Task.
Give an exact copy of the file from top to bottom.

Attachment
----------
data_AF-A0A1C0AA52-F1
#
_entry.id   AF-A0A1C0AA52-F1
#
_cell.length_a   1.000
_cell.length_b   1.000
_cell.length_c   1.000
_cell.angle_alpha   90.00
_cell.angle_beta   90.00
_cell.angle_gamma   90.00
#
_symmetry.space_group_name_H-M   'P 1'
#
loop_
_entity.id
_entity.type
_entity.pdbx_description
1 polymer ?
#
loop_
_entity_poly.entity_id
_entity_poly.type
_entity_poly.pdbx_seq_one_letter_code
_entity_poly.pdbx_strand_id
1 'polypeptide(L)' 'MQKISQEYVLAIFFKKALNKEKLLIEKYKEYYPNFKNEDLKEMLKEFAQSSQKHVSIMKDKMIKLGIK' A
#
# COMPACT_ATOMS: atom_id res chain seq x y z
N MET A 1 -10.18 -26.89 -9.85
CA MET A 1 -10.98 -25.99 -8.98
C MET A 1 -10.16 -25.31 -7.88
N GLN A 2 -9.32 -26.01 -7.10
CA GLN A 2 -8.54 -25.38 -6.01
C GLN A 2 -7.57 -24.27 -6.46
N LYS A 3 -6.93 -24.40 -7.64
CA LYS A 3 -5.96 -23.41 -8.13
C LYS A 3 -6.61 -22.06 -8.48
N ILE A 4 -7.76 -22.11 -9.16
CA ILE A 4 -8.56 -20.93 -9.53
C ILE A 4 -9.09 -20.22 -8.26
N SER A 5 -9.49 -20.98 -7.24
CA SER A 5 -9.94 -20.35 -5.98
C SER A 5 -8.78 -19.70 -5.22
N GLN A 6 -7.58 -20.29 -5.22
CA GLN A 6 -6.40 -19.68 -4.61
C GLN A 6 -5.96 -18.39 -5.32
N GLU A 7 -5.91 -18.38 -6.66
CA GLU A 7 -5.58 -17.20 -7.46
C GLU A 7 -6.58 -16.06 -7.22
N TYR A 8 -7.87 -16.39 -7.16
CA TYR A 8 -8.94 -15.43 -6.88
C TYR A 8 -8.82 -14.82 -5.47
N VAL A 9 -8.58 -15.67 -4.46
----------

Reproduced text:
data_AF-A0A1C0AA52-F1
#
_entry.id   AF-A0A1C0AA52-F1
#
_cell.length_a   1.000
_cell.length_b   1.000
_cell.length_c   1.000
_cell.angle_alpha   90.00
_cell.angle_beta   90.00
_cell.angle_gamma   90.00
#
_symmetry.space_group_name_H-M   'P 1'
#
loop_
_entity.id
_entity.type
_entity.pdbx_description
1 polymer ?
#
loop_
_entity_poly.entity_id
_entity_poly.type
_entity_poly.pdbx_seq_one_letter_code
_entity_poly.pdbx_strand_id
1 'polypeptide(L)' 'MQKISQEYVLAIFFKKALNKEKLLIEKYKEYYPNFKNEDLKEMLKEFAQSSQKHVSIMKDKMIKLGIK' A
#
# COMPACT_ATOMS: atom_id res chain seq x y z
N MET A 1 -10.18 -26.89 -9.85
CA MET A 1 -10.98 -25.99 -8.98
C MET A 1 -10.16 -25.31 -7.88
N GLN A 2 -9.32 -26.01 -7.10
CA GLN A 2 -8.54 -25.38 -6.01
C GLN A 2 -7.57 -24.27 -6.46
N LYS A 3 -6.93 -24.40 -7.64
CA LYS A 3 -5.96 -23.41 -8.13
C LYS A 3 -6.61 -22.06 -8.48
N ILE A 4 -7.76 -22.11 -9.16
CA ILE A 4 -8.56 -20.93 -9.53
C ILE A 4 -9.09 -20.22 -8.26
N SER A 5 -9.49 -20.98 -7.24
CA SER A 5 -9.94 -20.35 -5.98
C SER A 5 -8.78 -19.70 -5.22
N GLN A 6 -7.58 -20.29 -5.22
CA GLN A 6 -6.40 -19.68 -4.61
C GLN A 6 -5.96 -18.39 -5.32
N GLU A 7 -5.91 -18.38 -6.66
CA GLU A 7 -5.58 -17.20 -7.46
C GLU A 7 -6.58 -16.06 -7.22
N TYR A 8 -7.87 -16.39 -7.16
CA TYR A 8 -8.94 -15.43 -6.88
C TYR A 8 -8.82 -14.82 -5.47
N VAL A 9 -8.58 -15.67 -4.46